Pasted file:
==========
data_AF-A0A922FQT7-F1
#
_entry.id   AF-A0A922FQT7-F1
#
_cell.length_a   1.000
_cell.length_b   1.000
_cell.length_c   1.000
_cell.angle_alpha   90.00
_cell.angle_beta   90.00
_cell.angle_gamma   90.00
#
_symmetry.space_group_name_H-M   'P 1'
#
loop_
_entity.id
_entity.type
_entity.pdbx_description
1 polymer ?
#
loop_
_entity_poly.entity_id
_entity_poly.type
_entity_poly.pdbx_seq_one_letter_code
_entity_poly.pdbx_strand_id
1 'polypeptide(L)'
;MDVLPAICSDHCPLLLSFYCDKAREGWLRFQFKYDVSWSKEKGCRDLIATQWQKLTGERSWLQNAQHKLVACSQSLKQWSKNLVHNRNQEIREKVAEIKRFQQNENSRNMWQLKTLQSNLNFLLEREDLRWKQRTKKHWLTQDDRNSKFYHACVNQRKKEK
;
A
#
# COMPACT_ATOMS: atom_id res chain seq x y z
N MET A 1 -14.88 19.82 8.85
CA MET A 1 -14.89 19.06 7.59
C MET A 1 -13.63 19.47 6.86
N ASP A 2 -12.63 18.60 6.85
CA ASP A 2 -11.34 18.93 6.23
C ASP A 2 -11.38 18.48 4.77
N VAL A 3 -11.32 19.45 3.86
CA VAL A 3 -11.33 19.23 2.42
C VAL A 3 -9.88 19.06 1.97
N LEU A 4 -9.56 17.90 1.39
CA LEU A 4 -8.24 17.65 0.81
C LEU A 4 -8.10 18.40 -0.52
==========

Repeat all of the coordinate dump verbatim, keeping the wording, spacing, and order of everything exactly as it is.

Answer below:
data_AF-A0A922FQT7-F1
#
_entry.id   AF-A0A922FQT7-F1
#
_cell.length_a   1.000
_cell.length_b   1.000
_cell.length_c   1.000
_cell.angle_alpha   90.00
_cell.angle_beta   90.00
_cell.angle_gamma   90.00
#
_symmetry.space_group_name_H-M   'P 1'
#
loop_
_entity.id
_entity.type
_entity.pdbx_description
1 polymer ?
#
loop_
_entity_poly.entity_id
_entity_poly.type
_entity_poly.pdbx_seq_one_letter_code
_entity_poly.pdbx_strand_id
1 'polypeptide(L)'
;MDVLPAICSDHCPLLLSFYCDKAREGWLRFQFKYDVSWSKEKGCRDLIATQWQKLTGERSWLQNAQHKLVACSQSLKQWSKNLVHNRNQEIREKVAEIKRFQQNENSRNMWQLKTLQSNLNFLLEREDLRWKQRTKKHWLTQDDRNSKFYHACVNQRKKEK
;
A
#
# COMPACT_ATOMS: atom_id res chain seq x y z
N MET A 1 -14.88 19.82 8.85
CA MET A 1 -14.89 19.06 7.59
C MET A 1 -13.63 19.47 6.86
N ASP A 2 -12.63 18.60 6.85
CA ASP A 2 -11.34 18.93 6.23
C ASP A 2 -11.38 18.48 4.77
N VAL A 3 -11.32 19.45 3.86
CA VAL A 3 -11.33 19.23 2.42
C VAL A 3 -9.88 19.06 1.97
N LEU A 4 -9.56 17.90 1.39
CA LEU A 4 -8.24 17.65 0.81
C LEU A 4 -8.10 18.40 -0.52